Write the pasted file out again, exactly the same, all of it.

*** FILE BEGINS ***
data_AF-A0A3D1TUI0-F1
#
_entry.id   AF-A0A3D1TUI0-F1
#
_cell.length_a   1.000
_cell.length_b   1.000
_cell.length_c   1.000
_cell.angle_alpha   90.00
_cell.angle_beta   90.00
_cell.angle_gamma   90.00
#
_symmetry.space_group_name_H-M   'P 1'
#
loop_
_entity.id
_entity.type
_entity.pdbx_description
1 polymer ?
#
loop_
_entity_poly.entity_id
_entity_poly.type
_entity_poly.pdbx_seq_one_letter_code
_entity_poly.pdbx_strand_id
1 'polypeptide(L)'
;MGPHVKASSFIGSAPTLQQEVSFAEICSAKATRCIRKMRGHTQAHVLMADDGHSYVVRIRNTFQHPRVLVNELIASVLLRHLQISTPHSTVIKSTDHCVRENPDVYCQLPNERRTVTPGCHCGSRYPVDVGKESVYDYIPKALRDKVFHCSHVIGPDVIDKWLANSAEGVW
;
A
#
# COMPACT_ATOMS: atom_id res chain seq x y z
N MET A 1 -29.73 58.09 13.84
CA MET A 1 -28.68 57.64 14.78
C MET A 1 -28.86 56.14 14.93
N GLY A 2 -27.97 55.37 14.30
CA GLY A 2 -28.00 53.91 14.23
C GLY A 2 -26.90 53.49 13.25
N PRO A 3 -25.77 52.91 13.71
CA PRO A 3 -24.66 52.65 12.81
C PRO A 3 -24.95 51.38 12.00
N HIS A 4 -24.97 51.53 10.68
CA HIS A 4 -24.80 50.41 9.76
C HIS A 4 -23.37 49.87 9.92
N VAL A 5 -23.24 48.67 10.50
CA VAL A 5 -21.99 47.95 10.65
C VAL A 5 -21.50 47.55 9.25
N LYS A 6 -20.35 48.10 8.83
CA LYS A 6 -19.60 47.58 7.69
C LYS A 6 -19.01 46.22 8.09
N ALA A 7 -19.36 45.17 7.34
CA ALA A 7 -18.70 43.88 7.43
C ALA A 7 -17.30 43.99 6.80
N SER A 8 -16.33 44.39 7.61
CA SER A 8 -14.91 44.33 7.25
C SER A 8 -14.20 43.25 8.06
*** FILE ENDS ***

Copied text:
data_AF-A0A3D1TUI0-F1
#
_entry.id   AF-A0A3D1TUI0-F1
#
_cell.length_a   1.000
_cell.length_b   1.000
_cell.length_c   1.000
_cell.angle_alpha   90.00
_cell.angle_beta   90.00
_cell.angle_gamma   90.00
#
_symmetry.space_group_name_H-M   'P 1'
#
loop_
_entity.id
_entity.type
_entity.pdbx_description
1 polymer ?
#
loop_
_entity_poly.entity_id
_entity_poly.type
_entity_poly.pdbx_seq_one_letter_code
_entity_poly.pdbx_strand_id
1 'polypeptide(L)'
;MGPHVKASSFIGSAPTLQQEVSFAEICSAKATRCIRKMRGHTQAHVLMADDGHSYVVRIRNTFQHPRVLVNELIASVLLRHLQISTPHSTVIKSTDHCVRENPDVYCQLPNERRTVTPGCHCGSRYPVDVGKESVYDYIPKALRDKVFHCSHVIGPDVIDKWLANSAEGVW
;
A
#
# COMPACT_ATOMS: atom_id res chain seq x y z
N MET A 1 -29.73 58.09 13.84
CA MET A 1 -28.68 57.64 14.78
C MET A 1 -28.86 56.14 14.93
N GLY A 2 -27.97 55.37 14.30
CA GLY A 2 -28.00 53.91 14.23
C GLY A 2 -26.90 53.49 13.25
N PRO A 3 -25.77 52.91 13.71
CA PRO A 3 -24.66 52.65 12.81
C PRO A 3 -24.95 51.38 12.00
N HIS A 4 -24.97 51.53 10.68
CA HIS A 4 -24.80 50.41 9.76
C HIS A 4 -23.37 49.87 9.92
N VAL A 5 -23.24 48.67 10.50
CA VAL A 5 -21.99 47.95 10.65
C VAL A 5 -21.50 47.55 9.25
N LYS A 6 -20.35 48.10 8.83
CA LYS A 6 -19.60 47.58 7.69
C LYS A 6 -19.01 46.22 8.09
N ALA A 7 -19.36 45.17 7.34
CA ALA A 7 -18.70 43.88 7.43
C ALA A 7 -17.30 43.99 6.80
N SER A 8 -16.33 44.39 7.61
CA SER A 8 -14.91 44.33 7.25
C SER A 8 -14.20 43.25 8.06